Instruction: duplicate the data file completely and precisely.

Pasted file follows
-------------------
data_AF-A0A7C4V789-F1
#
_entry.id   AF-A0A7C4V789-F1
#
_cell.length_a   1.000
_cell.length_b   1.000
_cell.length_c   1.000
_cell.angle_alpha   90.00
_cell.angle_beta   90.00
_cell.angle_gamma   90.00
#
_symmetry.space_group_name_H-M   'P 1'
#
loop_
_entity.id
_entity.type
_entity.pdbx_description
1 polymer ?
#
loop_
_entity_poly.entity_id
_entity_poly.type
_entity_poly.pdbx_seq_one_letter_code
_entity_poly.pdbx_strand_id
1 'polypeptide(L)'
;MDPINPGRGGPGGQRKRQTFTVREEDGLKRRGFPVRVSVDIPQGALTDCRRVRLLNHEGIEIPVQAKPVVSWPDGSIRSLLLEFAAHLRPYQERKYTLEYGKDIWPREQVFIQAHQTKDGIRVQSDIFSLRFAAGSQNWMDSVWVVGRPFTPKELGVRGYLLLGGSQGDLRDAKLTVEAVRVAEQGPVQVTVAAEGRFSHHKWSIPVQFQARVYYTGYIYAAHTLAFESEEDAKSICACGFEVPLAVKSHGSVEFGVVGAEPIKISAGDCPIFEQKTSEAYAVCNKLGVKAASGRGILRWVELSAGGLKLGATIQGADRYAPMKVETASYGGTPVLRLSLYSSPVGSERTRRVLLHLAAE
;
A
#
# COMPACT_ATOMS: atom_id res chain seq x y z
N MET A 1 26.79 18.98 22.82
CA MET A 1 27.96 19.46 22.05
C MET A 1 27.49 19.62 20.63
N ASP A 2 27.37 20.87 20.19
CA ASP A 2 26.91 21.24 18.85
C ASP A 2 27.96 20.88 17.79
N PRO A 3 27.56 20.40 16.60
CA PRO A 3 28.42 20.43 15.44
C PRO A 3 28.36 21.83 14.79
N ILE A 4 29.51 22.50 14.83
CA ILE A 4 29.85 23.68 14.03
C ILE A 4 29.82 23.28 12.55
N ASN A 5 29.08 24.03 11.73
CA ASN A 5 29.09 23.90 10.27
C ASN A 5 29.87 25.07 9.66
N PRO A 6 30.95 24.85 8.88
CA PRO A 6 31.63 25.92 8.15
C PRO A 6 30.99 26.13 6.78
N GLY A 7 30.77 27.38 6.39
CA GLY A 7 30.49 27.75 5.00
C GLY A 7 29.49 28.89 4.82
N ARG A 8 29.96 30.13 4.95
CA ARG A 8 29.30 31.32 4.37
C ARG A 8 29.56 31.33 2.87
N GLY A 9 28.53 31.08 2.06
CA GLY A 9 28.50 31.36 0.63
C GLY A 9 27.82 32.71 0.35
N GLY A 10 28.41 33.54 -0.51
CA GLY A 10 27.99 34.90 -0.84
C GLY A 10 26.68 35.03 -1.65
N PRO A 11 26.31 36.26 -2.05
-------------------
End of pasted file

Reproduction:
data_AF-A0A7C4V789-F1
#
_entry.id   AF-A0A7C4V789-F1
#
_cell.length_a   1.000
_cell.length_b   1.000
_cell.length_c   1.000
_cell.angle_alpha   90.00
_cell.angle_beta   90.00
_cell.angle_gamma   90.00
#
_symmetry.space_group_name_H-M   'P 1'
#
loop_
_entity.id
_entity.type
_entity.pdbx_description
1 polymer ?
#
loop_
_entity_poly.entity_id
_entity_poly.type
_entity_poly.pdbx_seq_one_letter_code
_entity_poly.pdbx_strand_id
1 'polypeptide(L)'
;MDPINPGRGGPGGQRKRQTFTVREEDGLKRRGFPVRVSVDIPQGALTDCRRVRLLNHEGIEIPVQAKPVVSWPDGSIRSLLLEFAAHLRPYQERKYTLEYGKDIWPREQVFIQAHQTKDGIRVQSDIFSLRFAAGSQNWMDSVWVVGRPFTPKELGVRGYLLLGGSQGDLRDAKLTVEAVRVAEQGPVQVTVAAEGRFSHHKWSIPVQFQARVYYTGYIYAAHTLAFESEEDAKSICACGFEVPLAVKSHGSVEFGVVGAEPIKISAGDCPIFEQKTSEAYAVCNKLGVKAASGRGILRWVELSAGGLKLGATIQGADRYAPMKVETASYGGTPVLRLSLYSSPVGSERTRRVLLHLAAE
;
A
#
# COMPACT_ATOMS: atom_id res chain seq x y z
N MET A 1 26.79 18.98 22.82
CA MET A 1 27.96 19.46 22.05
C MET A 1 27.49 19.62 20.63
N ASP A 2 27.37 20.87 20.19
CA ASP A 2 26.91 21.24 18.85
C ASP A 2 27.96 20.88 17.79
N PRO A 3 27.56 20.40 16.60
CA PRO A 3 28.42 20.43 15.44
C PRO A 3 28.36 21.83 14.79
N ILE A 4 29.51 22.50 14.83
CA ILE A 4 29.85 23.68 14.03
C ILE A 4 29.82 23.28 12.55
N ASN A 5 29.08 24.03 11.73
CA ASN A 5 29.09 23.90 10.27
C ASN A 5 29.87 25.07 9.66
N PRO A 6 30.95 24.85 8.88
CA PRO A 6 31.63 25.92 8.15
C PRO A 6 30.99 26.13 6.78
N GLY A 7 30.77 27.38 6.39
CA GLY A 7 30.49 27.75 5.00
C GLY A 7 29.49 28.89 4.82
N ARG A 8 29.96 30.13 4.95
CA ARG A 8 29.30 31.32 4.37
C ARG A 8 29.56 31.33 2.87
N GLY A 9 28.53 31.08 2.06
CA GLY A 9 28.50 31.36 0.63
C GLY A 9 27.82 32.71 0.35
N GLY A 10 28.41 33.54 -0.51
CA GLY A 10 27.99 34.90 -0.84
C GLY A 10 26.68 35.03 -1.65
N PRO A 11 26.31 36.26 -2.05